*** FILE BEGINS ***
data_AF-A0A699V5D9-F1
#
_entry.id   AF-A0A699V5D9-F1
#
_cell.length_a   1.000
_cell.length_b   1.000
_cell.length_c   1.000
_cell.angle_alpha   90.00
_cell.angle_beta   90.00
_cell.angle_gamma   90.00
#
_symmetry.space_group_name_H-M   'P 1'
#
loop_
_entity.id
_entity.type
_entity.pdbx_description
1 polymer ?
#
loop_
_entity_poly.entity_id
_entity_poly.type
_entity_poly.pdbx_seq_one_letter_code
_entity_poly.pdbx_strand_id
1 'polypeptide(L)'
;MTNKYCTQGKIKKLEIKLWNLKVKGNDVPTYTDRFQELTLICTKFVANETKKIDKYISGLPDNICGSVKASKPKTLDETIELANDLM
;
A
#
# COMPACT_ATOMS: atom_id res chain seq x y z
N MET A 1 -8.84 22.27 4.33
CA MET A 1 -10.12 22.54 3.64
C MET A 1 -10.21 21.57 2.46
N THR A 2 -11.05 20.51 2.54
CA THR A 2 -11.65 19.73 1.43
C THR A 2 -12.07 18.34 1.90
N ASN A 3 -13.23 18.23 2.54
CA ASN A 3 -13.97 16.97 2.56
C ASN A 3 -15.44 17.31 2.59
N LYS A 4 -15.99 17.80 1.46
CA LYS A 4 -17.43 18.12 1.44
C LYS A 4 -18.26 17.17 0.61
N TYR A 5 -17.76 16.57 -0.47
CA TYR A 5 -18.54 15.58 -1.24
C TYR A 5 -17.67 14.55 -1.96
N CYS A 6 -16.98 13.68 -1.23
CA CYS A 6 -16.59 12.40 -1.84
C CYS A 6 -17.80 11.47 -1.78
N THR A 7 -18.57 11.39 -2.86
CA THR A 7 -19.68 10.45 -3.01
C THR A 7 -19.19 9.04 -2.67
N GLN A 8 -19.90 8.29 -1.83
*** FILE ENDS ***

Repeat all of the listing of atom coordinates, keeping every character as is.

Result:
data_AF-A0A699V5D9-F1
#
_entry.id   AF-A0A699V5D9-F1
#
_cell.length_a   1.000
_cell.length_b   1.000
_cell.length_c   1.000
_cell.angle_alpha   90.00
_cell.angle_beta   90.00
_cell.angle_gamma   90.00
#
_symmetry.space_group_name_H-M   'P 1'
#
loop_
_entity.id
_entity.type
_entity.pdbx_description
1 polymer ?
#
loop_
_entity_poly.entity_id
_entity_poly.type
_entity_poly.pdbx_seq_one_letter_code
_entity_poly.pdbx_strand_id
1 'polypeptide(L)'
;MTNKYCTQGKIKKLEIKLWNLKVKGNDVPTYTDRFQELTLICTKFVANETKKIDKYISGLPDNICGSVKASKPKTLDETIELANDLM
;
A
#
# COMPACT_ATOMS: atom_id res chain seq x y z
N MET A 1 -8.84 22.27 4.33
CA MET A 1 -10.12 22.54 3.64
C MET A 1 -10.21 21.57 2.46
N THR A 2 -11.05 20.51 2.54
CA THR A 2 -11.65 19.73 1.43
C THR A 2 -12.07 18.34 1.90
N ASN A 3 -13.23 18.23 2.54
CA ASN A 3 -13.97 16.97 2.56
C ASN A 3 -15.44 17.31 2.59
N LYS A 4 -15.99 17.80 1.46
CA LYS A 4 -17.43 18.12 1.44
C LYS A 4 -18.26 17.17 0.61
N TYR A 5 -17.76 16.57 -0.47
CA TYR A 5 -18.54 15.58 -1.24
C TYR A 5 -17.67 14.55 -1.96
N CYS A 6 -16.98 13.68 -1.23
CA CYS A 6 -16.59 12.40 -1.84
C CYS A 6 -17.80 11.47 -1.78
N THR A 7 -18.57 11.39 -2.86
CA THR A 7 -19.68 10.45 -3.01
C THR A 7 -19.19 9.04 -2.67
N GLN A 8 -19.90 8.29 -1.83